Where do you belong?

Welcome to the first guest blog on the site that has been kindly shared by Nikki Squelch (@squelchisms), thank you. As always please feel welcome to join the discussion using the comments box below.

I am a white immigrant. I know I am privileged. I have never had to escape a country because of my political or religious beliefs, my sexual orientation or even for economic reasons. But nonetheless I am an immigrant. 

At 28, I became an accidental immigrant. I have spent more time in the UK in my adult life then anywhere else, yet I often feel like my legitimacy for being here is questioned. I know that I am loved by many here, yet there are times when I feel like a visitor, or worse a trespasser.

Who doesn’t want to live on a big Island reputed for sunshine and surf? Who doesn’t want to live in the land of plenty? Why would anyone leave Australia, when so many want to live there?

Well, me.

Actually, I am torn. I miss family and friends. I don’t miss the heat or humidity. My heart sometimes aches to see folks back in Oz and to breathe in the vast horizons. To smell the sea and eucalyptus that is so uniquely ‘home’. But I come from a long line of migrants. The great grandparents travelled from Ireland, Scotland and England to the shores of the US and Australia.

I grew up believing that where I was, was the best country in the world. I had nothing to compare it to. And it is the best country for some. But it is not the best country for all people. I know what lays beneath the sun, sea and shine of the great sunburnt country. I have witnessed the ugliest forms of racism. All forms are ugly and unjust, but when informed by policy and law and acted upon by people, it is wrong and causes a pain that runs deep through the country.

As a person who loves to travel and enjoys meeting new people and has witnessed the beauty and richness that diverse cultures can bring to community life, I find racism perplexing, bewildering, confusing, on top of it all being plain wrong. It has an impact on how I feel about living in both Australia and the UK. I have the appetite to learn and try to understand more and what I can do about it.

But cultural difference and racism runs deep and is complex. That doesn’t mean we should do nothing. In fact, it is because it is uncomfortable and perplexing there is even more reason to act.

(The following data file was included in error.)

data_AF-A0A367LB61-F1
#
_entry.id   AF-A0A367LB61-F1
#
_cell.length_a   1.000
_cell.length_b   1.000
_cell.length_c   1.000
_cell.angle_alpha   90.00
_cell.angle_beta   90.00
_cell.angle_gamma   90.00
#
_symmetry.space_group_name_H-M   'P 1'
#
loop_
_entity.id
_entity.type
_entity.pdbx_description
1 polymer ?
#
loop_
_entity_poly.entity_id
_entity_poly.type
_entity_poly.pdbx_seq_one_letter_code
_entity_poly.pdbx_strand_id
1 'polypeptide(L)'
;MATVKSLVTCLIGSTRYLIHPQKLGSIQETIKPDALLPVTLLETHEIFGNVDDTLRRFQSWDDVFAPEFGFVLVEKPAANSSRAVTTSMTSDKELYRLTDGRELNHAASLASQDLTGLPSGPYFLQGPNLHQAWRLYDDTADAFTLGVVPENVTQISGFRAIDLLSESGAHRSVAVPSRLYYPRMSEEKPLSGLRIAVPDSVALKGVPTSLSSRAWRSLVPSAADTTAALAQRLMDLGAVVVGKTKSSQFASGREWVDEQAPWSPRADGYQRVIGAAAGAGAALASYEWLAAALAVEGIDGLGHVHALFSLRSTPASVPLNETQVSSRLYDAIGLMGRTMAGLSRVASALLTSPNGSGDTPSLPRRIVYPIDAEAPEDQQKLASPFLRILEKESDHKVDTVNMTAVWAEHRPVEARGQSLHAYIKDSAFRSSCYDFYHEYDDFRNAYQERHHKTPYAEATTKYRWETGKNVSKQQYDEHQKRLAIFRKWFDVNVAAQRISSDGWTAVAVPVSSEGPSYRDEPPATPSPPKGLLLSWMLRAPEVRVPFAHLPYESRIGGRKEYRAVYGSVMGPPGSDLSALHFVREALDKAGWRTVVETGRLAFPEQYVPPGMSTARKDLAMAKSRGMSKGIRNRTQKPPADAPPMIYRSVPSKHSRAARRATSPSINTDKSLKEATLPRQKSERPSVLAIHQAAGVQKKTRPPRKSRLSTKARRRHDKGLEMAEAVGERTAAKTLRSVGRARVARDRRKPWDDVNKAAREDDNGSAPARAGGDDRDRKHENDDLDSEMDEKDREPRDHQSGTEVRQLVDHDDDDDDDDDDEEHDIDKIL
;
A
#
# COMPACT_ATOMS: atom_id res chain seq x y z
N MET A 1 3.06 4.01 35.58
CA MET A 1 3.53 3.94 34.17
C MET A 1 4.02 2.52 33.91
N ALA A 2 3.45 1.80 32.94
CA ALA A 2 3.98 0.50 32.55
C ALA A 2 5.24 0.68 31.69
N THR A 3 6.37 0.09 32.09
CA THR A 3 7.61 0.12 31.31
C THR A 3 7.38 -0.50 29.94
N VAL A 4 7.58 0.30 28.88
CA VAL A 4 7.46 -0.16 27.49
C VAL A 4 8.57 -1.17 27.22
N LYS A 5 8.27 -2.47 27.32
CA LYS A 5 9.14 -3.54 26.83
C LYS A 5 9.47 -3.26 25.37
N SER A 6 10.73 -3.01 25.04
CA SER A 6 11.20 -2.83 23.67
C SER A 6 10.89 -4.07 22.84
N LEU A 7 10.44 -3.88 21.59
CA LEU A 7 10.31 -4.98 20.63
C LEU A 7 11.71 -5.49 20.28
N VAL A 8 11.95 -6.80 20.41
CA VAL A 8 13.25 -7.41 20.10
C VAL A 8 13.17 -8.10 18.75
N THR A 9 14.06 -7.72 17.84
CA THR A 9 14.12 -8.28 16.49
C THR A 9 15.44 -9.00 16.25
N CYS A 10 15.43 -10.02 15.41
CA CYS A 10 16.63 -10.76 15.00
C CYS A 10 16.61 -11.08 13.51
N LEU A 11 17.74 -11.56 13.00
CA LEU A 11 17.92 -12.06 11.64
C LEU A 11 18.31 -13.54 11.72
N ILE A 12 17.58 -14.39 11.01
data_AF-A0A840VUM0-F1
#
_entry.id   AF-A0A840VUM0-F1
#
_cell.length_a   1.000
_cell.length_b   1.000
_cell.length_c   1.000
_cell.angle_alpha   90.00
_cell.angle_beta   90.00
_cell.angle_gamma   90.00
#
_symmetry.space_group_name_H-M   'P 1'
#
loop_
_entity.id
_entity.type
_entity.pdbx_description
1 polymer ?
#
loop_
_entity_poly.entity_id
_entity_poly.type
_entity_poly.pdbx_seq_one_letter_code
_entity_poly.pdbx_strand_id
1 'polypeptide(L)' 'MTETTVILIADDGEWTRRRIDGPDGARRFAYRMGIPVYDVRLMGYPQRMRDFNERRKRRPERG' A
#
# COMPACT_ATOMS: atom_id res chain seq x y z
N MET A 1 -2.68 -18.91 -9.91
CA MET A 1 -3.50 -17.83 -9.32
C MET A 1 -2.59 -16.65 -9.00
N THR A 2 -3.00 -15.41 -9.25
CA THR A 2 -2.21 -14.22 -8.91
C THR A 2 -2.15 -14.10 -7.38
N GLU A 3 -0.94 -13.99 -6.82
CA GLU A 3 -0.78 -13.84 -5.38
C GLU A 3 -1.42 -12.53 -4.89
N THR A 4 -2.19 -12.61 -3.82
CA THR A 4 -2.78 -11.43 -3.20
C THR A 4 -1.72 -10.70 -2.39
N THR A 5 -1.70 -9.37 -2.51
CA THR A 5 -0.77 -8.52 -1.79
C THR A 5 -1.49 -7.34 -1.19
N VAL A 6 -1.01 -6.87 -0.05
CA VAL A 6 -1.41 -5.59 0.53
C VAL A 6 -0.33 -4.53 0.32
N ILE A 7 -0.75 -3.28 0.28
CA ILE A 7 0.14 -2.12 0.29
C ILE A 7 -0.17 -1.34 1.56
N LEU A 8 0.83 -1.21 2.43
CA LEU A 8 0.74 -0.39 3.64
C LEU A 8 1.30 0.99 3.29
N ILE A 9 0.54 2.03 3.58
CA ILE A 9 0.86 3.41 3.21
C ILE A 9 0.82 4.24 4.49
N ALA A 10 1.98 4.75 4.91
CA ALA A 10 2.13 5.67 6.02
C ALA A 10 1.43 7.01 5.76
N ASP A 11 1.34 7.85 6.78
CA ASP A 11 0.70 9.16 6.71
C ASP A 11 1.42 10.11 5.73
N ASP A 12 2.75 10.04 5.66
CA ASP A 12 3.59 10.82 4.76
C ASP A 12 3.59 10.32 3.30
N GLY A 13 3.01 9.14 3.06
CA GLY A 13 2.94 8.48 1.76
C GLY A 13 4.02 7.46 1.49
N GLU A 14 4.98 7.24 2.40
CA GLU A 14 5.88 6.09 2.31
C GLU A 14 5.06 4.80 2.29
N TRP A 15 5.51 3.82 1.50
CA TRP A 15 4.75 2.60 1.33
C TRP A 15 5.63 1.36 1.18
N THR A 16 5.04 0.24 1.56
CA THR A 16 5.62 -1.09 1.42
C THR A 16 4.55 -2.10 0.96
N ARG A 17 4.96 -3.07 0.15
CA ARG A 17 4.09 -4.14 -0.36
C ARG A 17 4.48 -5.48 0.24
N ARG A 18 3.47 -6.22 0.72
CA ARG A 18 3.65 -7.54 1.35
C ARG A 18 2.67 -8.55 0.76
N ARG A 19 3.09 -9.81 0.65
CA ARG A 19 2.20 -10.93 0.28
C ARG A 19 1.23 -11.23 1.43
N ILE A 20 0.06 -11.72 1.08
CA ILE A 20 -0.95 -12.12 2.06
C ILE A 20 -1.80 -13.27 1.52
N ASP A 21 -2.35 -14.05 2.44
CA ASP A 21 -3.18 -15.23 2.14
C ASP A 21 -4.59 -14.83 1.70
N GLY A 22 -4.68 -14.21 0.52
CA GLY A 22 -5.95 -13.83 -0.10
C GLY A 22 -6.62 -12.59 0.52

In the UK, I am often asked when am I going back to Australia. Why do I live here? Or even, how could I live here. I’ve experienced people mocking my colonial past. Correcting my pronunciation of certain words and joking about my written English. It has impacted on my sense of belonging. Feeling like an outsider.

It’s an odd space to occupy. A desire to be here, to have the life I choose. To know that I am privileged to have this choice. To know that many would choose differently. To have to explain why here and not there. To have it assumed that I must surely have a plan to go back.

It’s an odd space to occupy and it impacts on how much I feel I truly belong.

Now, I imagine what it would be like if my skin colour or my hair was different. My spine shivers and I also worry about my past behaviour and the unintended negative impact it may have had on colleagues and friends. I have experienced cultural micro-aggressions that have made me feel I don’t belong. I know that I have probably delivered micro-aggressions too. Sorry!

I know that having the desire to be anti-racist and an ally is not enough. I know that reading about it, is not enough. I got to a point where I have moved from asking ‘is it racist’ to the operating reality of asking ‘to what extent is racism at play here’.

I will take my personal experience to improve and avoid making assumptions about any culture.

My personal actions to show that #ImNotTired are:

  • To stay curious. Continue to read, learn and listen.
  • To be both humble and brave. If I witness something that seems wrong, then it probably is and I will speak up. If I am told that I got something wrong (and I will) I will say sorry and seek further understanding.

What else can I do to be a good ally?

What else can we all do to make sure that everyone feels like they belong?

If you want to read more from Nikki head over to nomadnikandson.wordpress.com

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